The Sulaco is a fluorescent blue hell. Crossing the enclosed bridge into the ship - which was overrun by xenomorphs at the end of Aliens - there's a powerful sense of impending doom. It's you, an abandoned ship, and the terrifying black nothingness of space. There's no turning back.
Set 17 weeks after the events of Aliens, and at about the same time as the events of Aliens 3, you're colonial marine Corporal Christopher Winter. In this sequence you're tasked with checking what went down at the Sulaco, which has re-emerged after a presumed fatal crash. It's you, a motion tracker, and a weapon you're not sure will cut the mustard.
Our experience with the Sulaco was hands-off, but visually speaking, it captures precisely the cold blue misery of the Aliens films. The Sulaco is filled with telling references to the films and their characters, and these are details you'll soak up because this is a game best played slowly and tactfully. Indeed, it's this uneventful moment - the approach to the Sulaco - that leaves the greatest impression on this writer. It's evidence that for many, Aliens: Colonial Marines will be a game about the moments in-between. It'll be a game about being there more so than shooting things.
When we're allowed some hands-on time we're invited to explore Hadley's Hope - a destroyed human colony on LV-426. In fairly rote first-person shooter style, we're tasked with placing a bunch of sensors on a bunch of walls signposted by markers. Aliens: Colonial Marines is a corridor shooter in the purest sense of the term, but Gearbox appears to have perfected the dreaded claustrophobia befitting a wander through a ravaged human colony. It'd be a miserable place to die.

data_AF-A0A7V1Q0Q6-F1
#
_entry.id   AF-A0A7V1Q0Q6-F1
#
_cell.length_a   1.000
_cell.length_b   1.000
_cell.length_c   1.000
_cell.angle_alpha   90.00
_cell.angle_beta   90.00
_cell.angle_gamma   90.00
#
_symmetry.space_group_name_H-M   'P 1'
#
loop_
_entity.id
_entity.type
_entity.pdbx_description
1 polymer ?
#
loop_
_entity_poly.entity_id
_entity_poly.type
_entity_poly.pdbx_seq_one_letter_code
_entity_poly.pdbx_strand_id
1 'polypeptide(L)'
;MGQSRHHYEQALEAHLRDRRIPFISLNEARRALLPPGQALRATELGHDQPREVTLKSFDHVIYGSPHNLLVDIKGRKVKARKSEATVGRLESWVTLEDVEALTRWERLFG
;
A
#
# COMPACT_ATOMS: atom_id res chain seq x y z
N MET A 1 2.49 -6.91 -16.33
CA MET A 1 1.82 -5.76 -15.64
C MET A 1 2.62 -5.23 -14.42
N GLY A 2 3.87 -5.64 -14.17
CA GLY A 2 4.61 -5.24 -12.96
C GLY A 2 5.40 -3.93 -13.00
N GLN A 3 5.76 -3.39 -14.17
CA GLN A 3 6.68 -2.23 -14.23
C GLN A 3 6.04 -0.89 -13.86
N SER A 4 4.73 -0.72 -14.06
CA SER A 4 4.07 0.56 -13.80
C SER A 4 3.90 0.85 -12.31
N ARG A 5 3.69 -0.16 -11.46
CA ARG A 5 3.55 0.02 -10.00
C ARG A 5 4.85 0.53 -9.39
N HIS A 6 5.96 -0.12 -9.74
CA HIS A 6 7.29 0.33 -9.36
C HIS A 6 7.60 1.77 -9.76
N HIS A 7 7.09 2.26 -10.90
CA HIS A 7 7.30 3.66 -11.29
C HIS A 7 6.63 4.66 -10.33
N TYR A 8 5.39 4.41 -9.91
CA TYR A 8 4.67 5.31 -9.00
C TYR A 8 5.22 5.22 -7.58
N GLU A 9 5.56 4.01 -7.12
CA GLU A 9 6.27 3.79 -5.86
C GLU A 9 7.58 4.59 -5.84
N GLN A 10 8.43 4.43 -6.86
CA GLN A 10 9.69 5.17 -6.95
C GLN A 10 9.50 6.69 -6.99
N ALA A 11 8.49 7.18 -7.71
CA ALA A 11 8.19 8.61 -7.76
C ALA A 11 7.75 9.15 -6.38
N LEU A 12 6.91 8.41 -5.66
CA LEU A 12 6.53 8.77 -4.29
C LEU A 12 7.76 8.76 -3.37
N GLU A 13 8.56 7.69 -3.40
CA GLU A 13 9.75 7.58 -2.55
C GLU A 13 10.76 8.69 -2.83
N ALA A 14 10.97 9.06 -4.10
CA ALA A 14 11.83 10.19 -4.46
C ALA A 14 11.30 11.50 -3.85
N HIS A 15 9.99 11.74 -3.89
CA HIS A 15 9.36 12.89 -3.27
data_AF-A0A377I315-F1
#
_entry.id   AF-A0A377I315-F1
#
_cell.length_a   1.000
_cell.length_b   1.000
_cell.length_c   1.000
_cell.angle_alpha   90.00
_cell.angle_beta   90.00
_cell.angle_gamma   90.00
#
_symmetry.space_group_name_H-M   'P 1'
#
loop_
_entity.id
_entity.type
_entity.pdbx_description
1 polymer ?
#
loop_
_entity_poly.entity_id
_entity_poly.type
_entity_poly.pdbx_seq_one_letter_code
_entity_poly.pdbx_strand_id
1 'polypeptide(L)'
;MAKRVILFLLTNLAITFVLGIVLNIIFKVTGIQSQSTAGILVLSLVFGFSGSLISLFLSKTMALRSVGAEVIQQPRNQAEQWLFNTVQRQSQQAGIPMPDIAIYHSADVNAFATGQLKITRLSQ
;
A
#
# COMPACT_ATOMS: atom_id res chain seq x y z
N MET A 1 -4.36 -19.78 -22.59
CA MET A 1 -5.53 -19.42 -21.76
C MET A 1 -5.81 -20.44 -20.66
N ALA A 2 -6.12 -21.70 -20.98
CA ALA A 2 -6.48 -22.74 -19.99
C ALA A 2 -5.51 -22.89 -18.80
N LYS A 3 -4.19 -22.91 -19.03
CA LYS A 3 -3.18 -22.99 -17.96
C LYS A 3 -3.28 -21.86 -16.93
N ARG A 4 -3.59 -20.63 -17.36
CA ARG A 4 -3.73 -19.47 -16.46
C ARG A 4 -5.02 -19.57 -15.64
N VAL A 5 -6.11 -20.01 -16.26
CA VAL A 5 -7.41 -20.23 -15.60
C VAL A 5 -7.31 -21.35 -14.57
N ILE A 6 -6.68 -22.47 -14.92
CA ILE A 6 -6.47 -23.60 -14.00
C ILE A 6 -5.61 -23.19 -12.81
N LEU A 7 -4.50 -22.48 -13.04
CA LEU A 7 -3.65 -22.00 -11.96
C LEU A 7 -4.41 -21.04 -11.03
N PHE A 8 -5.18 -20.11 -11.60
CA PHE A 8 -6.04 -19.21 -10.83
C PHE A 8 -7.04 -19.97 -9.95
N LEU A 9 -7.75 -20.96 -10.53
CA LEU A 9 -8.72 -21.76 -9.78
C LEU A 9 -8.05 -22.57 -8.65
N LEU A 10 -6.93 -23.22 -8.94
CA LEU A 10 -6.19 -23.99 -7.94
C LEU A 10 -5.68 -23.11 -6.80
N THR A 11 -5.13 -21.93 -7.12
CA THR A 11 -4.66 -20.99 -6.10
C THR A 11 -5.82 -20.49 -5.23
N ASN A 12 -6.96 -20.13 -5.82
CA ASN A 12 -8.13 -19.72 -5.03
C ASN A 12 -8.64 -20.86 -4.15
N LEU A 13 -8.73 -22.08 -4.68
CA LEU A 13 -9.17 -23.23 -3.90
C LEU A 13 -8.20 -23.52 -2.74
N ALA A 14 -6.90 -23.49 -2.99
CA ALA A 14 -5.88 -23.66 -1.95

See, dread is something Aliens: Colonial Marines absolutely needs to succeed. It needs to scare you. It needs to make you feel like you're there. You need to feel like something is at stake and, crucially, you need to feel like those xenomorphs are going to rip you to shreds if you stuff it up. This isn't a technically impressive game - even on a top-end PC running the game at 60fps it didn't look cutting edge by any stretch of the imagination - but it doesn't need to be, so long as it makes your skin crawl.
Which it does, until your first encounter with a xenomorph. Spotting one for the first time after a slow, dreaded crawl through Hadley's is a chilling moment.
But then you shoot it and it dies. Just like that. It goes down like a sack of crap amid billowing green stuff. Then more of them come and you shoot them. Suddenly you feel like a god, which frankly, is a bit disappointing. Obviously you're a marine, but the sense of barely prevailing against insurmountable odds diminishes as soon as you're mowing xenomorphs down with an automatic rifle. It's just not scary anymore.
Aliens: Colonial Marines isn't a survivor horror game. It's a first person shooter with unprecedented license to play with and expand upon its beloved source material. It feels divided between horror and the usual military-shooter power fantasy, but whether it succeeds at either of those is unclear as yet. The best moments of Aliens thus far are the parts where you're doing nothing important.